Harvey Weinstein, to which he has always said that he denies any act of nonconsensual sexual conduct with any of these women.

Now, in this particular indictment, there are three women. We are seeing e-mails from one of them. They would not say whether or not there was more

e-mails and text messages that would ever be produced.

Now, he also went on to say that we shouldn't compare this case to the Cosby case, which just unfolded in front of everyone. And they also say

that two of the women in this indictment whose names have been made public, that their charges should be dismissed because they aren't clear on their

dates. The dates that they provide are a span of months when they claim that these alleged incidents happened with Harvey Weinstein.

So it was a very lengthy interview. There's more to come. But this is something that we're going to watch unfold because it's changing by the


JONES: Chloe, thank you.

Now, the man suspected of killing a prominent Texas doctor two weeks ago has committed suicide. Police say Joseph Pappas shot himself in the head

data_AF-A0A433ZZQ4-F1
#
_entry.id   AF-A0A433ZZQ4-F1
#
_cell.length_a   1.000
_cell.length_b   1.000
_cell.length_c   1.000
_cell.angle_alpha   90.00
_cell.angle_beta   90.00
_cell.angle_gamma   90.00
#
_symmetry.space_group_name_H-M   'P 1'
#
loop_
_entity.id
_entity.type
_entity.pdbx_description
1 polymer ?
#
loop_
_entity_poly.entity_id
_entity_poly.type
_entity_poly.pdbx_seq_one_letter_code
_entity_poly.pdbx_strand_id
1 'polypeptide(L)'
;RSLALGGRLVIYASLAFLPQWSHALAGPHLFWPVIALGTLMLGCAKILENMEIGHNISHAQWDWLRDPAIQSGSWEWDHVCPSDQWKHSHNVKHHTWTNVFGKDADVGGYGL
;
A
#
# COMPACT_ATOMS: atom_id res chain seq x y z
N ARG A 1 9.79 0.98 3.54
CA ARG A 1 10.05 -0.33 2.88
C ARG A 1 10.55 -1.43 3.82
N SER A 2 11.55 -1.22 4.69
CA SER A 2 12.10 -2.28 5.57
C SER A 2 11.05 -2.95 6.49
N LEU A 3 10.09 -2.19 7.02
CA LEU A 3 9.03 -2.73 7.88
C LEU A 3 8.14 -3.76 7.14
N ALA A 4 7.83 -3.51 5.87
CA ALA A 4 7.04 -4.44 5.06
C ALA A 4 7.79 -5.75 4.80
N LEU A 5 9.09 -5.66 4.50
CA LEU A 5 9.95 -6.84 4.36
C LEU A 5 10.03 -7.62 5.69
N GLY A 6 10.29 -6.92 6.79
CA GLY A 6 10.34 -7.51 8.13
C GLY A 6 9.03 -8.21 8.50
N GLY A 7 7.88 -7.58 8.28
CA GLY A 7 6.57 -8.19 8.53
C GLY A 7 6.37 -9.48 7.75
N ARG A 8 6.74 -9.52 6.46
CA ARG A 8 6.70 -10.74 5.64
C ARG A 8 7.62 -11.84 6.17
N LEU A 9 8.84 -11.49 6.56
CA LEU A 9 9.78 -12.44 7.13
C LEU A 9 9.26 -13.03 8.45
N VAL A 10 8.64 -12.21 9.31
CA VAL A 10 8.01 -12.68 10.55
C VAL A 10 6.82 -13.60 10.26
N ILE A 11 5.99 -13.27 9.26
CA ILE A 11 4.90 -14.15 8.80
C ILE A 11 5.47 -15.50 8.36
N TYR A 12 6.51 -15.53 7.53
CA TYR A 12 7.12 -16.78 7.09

as two officers confronted him. Pappas was accused of planning and carrying out the doctor's murder, probably as a revenge killing. Dr. Mark

Hausknecht was the first President George Bush's -- first President George Bush's cardiologist.

Let's get the latest now from Houston, Texas. CNN's Ed Lavandera is standing by for us there. Just bring us the background to this whole case,

if you could.

ED LAVANDERA, CNN CORRESPONDENT: Sure. Well, this is a case that has really gripped the city of Houston here since going back to July 20th. It

was on a Monday morning. Imagine rush-hour traffic, there's an area of town called the Texas Medical Center, which is like this massive complex of

hospitals and medical buildings. And this prominent cardiologist by the name of Dr. Mark Hausknecht was riding his bike to work as he usually does.

He was gunned down on the side -- on the sidewalk of a busy street head-on from an attacker. We're told by his -- the victim's wife police that he --

police told her that he was shot three times. And then everything went quiet for quite a while.

[15:50:32] Police said that he was -- they believed he was targeted. And since the authorities here identified the suspect, they say the